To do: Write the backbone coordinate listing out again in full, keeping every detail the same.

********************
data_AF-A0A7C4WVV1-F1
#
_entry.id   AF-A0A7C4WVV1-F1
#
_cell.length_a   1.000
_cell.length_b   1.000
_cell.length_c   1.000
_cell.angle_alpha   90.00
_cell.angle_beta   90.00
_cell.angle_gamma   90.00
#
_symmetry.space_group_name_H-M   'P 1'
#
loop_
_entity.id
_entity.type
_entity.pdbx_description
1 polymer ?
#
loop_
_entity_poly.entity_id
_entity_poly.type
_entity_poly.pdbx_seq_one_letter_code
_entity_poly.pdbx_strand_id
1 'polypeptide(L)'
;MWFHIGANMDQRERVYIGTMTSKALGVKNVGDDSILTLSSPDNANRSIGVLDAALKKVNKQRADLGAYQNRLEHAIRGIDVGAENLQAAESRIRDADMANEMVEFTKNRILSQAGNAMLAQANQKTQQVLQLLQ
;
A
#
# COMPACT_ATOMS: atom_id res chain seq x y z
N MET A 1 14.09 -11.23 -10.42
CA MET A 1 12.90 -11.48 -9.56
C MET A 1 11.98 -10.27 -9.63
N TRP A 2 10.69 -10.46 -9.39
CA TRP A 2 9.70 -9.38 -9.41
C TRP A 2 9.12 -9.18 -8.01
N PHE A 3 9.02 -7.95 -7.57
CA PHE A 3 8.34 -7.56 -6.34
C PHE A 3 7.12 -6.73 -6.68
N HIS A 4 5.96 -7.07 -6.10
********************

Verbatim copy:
data_AF-A0A7C4WVV1-F1
#
_entry.id   AF-A0A7C4WVV1-F1
#
_cell.length_a   1.000
_cell.length_b   1.000
_cell.length_c   1.000
_cell.angle_alpha   90.00
_cell.angle_beta   90.00
_cell.angle_gamma   90.00
#
_symmetry.space_group_name_H-M   'P 1'
#
loop_
_entity.id
_entity.type
_entity.pdbx_description
1 polymer ?
#
loop_
_entity_poly.entity_id
_entity_poly.type
_entity_poly.pdbx_seq_one_letter_code
_entity_poly.pdbx_strand_id
1 'polypeptide(L)'
;MWFHIGANMDQRERVYIGTMTSKALGVKNVGDDSILTLSSPDNANRSIGVLDAALKKVNKQRADLGAYQNRLEHAIRGIDVGAENLQAAESRIRDADMANEMVEFTKNRILSQAGNAMLAQANQKTQQVLQLLQ
;
A
#
# COMPACT_ATOMS: atom_id res chain seq x y z
N MET A 1 14.09 -11.23 -10.42
CA MET A 1 12.90 -11.48 -9.56
C MET A 1 11.98 -10.27 -9.63
N TRP A 2 10.69 -10.46 -9.39
CA TRP A 2 9.70 -9.38 -9.41
C TRP A 2 9.12 -9.18 -8.01
N PHE A 3 9.02 -7.95 -7.57
CA PHE A 3 8.34 -7.56 -6.34
C PHE A 3 7.12 -6.73 -6.68
N HIS A 4 5.96 -7.07 -6.10